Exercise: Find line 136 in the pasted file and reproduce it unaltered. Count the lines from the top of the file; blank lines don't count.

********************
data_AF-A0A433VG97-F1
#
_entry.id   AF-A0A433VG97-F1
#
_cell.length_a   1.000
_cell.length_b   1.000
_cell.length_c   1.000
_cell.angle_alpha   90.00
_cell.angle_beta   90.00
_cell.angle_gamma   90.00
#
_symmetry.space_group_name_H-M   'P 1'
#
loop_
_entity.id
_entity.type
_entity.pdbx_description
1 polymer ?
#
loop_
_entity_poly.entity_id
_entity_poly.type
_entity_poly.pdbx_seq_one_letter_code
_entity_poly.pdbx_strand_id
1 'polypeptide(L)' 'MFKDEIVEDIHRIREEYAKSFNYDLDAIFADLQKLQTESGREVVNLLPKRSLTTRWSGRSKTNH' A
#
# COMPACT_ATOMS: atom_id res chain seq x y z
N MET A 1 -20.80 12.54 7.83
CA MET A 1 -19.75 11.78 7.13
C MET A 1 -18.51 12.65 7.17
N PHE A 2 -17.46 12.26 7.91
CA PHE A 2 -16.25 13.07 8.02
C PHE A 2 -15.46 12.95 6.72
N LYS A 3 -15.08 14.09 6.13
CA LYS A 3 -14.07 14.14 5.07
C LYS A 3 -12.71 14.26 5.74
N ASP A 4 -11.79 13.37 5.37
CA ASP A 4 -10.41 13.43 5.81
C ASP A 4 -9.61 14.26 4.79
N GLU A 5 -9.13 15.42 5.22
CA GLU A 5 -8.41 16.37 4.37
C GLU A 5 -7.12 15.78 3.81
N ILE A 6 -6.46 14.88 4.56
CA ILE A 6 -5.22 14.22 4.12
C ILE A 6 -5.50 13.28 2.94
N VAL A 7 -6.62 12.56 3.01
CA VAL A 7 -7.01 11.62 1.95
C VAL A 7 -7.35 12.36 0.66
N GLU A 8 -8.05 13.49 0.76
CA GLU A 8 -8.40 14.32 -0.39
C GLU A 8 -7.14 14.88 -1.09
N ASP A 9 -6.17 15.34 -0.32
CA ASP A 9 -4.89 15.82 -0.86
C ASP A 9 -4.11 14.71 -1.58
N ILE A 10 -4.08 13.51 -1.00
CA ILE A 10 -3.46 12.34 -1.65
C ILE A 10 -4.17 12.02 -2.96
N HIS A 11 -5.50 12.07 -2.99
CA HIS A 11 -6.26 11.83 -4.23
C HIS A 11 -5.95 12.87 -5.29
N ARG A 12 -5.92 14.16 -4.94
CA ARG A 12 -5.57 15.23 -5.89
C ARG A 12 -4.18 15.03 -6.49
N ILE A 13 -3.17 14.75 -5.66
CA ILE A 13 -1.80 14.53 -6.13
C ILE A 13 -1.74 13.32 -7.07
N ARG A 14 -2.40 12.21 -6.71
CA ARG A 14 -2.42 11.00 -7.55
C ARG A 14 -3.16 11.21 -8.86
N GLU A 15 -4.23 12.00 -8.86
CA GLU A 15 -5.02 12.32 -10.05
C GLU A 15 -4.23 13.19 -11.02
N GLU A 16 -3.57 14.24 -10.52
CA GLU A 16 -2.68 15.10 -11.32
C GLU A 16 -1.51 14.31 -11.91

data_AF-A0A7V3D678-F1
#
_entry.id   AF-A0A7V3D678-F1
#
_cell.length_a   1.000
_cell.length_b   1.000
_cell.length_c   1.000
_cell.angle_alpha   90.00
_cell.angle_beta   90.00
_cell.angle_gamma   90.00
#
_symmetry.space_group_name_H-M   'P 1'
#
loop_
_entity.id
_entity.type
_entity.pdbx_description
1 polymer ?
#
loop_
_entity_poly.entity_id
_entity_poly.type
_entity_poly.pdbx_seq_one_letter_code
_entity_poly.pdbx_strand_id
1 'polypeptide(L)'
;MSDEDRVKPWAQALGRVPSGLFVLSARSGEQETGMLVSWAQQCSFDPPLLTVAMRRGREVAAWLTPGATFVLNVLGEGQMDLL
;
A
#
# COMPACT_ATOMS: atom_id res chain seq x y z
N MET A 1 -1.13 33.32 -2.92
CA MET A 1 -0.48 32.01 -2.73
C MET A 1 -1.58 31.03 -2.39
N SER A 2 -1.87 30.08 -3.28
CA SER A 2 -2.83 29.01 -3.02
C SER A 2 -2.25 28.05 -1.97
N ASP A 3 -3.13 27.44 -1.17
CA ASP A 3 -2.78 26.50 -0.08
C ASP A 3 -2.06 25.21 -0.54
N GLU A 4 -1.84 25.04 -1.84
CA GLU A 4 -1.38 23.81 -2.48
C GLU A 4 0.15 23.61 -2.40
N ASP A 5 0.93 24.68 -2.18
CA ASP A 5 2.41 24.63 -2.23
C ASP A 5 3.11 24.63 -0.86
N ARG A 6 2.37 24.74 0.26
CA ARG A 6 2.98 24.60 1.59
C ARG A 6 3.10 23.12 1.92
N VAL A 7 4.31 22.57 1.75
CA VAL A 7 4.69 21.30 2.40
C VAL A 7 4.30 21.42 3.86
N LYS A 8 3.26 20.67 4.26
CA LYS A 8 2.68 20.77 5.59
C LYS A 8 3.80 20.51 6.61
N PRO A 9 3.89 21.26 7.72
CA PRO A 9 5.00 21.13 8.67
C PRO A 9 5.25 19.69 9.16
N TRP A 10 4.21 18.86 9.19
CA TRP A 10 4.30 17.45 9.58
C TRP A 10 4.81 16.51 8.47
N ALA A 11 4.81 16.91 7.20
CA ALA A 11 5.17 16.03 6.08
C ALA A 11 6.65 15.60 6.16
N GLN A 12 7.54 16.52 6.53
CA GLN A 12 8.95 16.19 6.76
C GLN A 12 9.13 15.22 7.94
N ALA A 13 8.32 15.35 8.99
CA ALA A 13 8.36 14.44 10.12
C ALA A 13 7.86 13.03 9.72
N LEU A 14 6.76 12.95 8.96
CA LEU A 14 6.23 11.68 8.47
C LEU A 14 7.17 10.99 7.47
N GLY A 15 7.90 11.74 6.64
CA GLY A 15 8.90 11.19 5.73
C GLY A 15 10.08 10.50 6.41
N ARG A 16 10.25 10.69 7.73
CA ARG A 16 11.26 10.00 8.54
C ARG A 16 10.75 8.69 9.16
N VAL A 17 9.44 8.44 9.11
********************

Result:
N ALA A 11 4.81 16.91 7.20